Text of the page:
Since taking control of the state House and Senate in 2011, Republicans on Jones Street have weathered their fair share of criticism – and that might be the understatement of the decade.
They’ve been deemed heartless. They’ve been called racists, bigots and homophobes.
They’ve endured sit-ins and die-ins and pray-ins. They’ve put up with loud banging and yelling outside the House and Senate chambers while in session. They’ve witnessed hundreds of arrests of protesters in and around the Legislative Building.
They received hand-delivered petition after hand-delivered petition. It would be impossible to estimate how many disgruntled callers they’ve picked up the phone to hear.
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They’ve become the butt of jokes of late-night talk show hosts and comedians. They’ve read hundreds, if not thousands, of negative editorials from around the country on various issues.
But through it all, they’ve largely remained unfazed, barely retreating an inch. When they have, it’s been the result of a court ruling or by making a tweak in a law to address unintended or unforeseen consequences. Also, at times, lawmakers have watered down controversial legislation as it moved through the legislative process.
In the face of fierce opposition, these Republicans have resisted the expansion of Medicaid, retained the voter ID law, barred cities from collecting certain types of revenue and kept on the books the repeal of the earned income tax credit and the lessening of unemployment benefits. They’ve loosened gun and environmental restrictions and legalized fracking.
They’ve stood strong on those issues and others, and, in many instances, fought back aggressively against their critics.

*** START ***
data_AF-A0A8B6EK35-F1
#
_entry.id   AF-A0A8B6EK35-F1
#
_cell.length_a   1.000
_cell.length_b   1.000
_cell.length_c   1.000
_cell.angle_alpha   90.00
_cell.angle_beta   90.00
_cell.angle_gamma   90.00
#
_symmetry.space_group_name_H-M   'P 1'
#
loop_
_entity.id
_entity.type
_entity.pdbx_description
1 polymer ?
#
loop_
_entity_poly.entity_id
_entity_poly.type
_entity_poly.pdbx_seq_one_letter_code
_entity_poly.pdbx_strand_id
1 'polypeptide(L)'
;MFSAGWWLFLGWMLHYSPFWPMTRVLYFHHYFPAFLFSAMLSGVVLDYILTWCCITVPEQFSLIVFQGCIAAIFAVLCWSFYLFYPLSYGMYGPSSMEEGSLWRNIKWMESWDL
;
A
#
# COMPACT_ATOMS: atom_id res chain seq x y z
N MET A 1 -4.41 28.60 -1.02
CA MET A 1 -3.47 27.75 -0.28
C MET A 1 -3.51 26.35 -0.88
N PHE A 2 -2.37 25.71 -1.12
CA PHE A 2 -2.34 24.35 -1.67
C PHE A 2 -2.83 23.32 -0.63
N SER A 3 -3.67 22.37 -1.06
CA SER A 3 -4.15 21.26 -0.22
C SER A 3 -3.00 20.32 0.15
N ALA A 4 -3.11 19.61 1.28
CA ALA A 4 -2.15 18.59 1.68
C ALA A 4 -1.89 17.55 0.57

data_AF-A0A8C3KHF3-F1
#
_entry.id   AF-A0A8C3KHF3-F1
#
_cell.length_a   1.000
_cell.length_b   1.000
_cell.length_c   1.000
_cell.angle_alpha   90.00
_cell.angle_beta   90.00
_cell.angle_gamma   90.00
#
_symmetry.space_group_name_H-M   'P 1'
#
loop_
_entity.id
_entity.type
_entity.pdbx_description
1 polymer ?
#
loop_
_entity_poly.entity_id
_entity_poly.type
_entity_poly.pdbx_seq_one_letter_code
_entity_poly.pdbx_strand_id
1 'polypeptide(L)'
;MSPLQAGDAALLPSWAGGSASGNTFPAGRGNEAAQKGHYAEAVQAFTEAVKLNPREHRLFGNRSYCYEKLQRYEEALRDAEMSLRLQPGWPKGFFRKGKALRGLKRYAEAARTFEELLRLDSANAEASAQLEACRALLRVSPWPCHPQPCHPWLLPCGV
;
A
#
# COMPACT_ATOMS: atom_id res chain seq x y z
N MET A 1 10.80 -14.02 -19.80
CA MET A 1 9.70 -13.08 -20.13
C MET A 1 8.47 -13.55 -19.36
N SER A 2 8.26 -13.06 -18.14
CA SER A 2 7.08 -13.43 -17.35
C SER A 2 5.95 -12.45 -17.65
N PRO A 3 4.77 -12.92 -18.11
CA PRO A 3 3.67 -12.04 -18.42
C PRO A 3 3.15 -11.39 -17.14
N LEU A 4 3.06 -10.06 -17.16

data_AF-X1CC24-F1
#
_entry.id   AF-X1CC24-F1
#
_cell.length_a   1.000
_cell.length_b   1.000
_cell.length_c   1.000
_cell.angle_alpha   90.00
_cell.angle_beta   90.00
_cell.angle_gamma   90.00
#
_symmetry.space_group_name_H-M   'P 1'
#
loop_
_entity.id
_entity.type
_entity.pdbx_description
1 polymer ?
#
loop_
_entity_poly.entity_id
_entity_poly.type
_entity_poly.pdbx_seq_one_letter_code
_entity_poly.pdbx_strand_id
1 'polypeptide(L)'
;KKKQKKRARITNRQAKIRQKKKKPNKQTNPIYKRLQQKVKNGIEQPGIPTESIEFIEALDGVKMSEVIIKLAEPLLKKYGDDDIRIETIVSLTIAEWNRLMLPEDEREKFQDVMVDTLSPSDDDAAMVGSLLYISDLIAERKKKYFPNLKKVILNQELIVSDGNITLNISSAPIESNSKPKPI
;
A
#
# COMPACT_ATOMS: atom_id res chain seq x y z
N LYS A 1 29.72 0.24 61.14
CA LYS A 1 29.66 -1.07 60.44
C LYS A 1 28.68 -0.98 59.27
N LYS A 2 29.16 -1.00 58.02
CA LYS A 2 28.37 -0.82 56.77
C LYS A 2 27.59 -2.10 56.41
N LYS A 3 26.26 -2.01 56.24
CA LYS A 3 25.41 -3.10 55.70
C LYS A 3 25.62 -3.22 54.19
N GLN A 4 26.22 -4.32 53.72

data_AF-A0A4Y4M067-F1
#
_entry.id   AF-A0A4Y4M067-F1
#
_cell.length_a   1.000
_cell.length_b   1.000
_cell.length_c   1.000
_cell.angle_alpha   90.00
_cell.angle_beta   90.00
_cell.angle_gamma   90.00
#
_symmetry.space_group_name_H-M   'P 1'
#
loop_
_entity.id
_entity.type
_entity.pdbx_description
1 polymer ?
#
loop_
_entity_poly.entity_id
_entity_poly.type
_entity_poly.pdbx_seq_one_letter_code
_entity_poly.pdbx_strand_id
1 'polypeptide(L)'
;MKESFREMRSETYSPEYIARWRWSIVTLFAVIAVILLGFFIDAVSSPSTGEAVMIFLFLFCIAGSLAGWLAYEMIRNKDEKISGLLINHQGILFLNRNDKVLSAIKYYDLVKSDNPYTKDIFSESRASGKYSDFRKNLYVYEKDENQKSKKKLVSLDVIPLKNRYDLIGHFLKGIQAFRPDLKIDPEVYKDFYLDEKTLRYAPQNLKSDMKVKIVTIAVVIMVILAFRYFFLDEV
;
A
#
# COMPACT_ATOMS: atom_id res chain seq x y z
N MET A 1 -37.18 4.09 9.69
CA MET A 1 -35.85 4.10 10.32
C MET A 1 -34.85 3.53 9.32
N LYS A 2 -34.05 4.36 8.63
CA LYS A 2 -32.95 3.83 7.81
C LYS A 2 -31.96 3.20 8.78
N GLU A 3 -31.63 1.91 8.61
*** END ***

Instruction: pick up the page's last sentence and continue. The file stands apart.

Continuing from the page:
But the backlash they’re receiving as a result of House Bill 2 is unprecedented, even for this group that has stomached so much. It’s gone viral. It’s gone worldwide. And it’s hitting the state they’re leading where it counts – the pocketbook.
As the General Assembly session begins, Republicans can expect more name-calling and protests and arrests and petitions and phone calls. They’ve seen all of that before.
What they haven’t seen during the past five years are significant economic consequences as a result of their actions. But the monetary cost is mounting because of HB2 at a time when the Republican governor, up for re-election in November, is trying to tout a “Carolina Comeback.”
Corporations have nixed expansion plans in the state. Conferences, concerts and other entertainment events have been canceled. Tourists and film-production companies are going elsewhere. The NBA is threatening to move its 2017 All-Star Game from Charlotte if changes aren’t made or HB2 repealed. Estimates on the total economic impact range from the tens of millions to the hundreds of millions of dollars.
As they get back to work in Raleigh, legislators have four choices on HB2. They can do nothing; modify it slightly and appease almost no one; modify it significantly and quiet some opponents; or repeal it.
While this is the biggest test they’ve had to date, my guess is General Assembly Republicans will do one of the first two.
Recent statements by top legislative leaders suggest they’re not going to give in to the pressure.
They don’t have a history of backing down.
Patrick Gannon is the editor of The Insider State Government News Service in Raleigh. Reach him at firstname.lastname@example.org.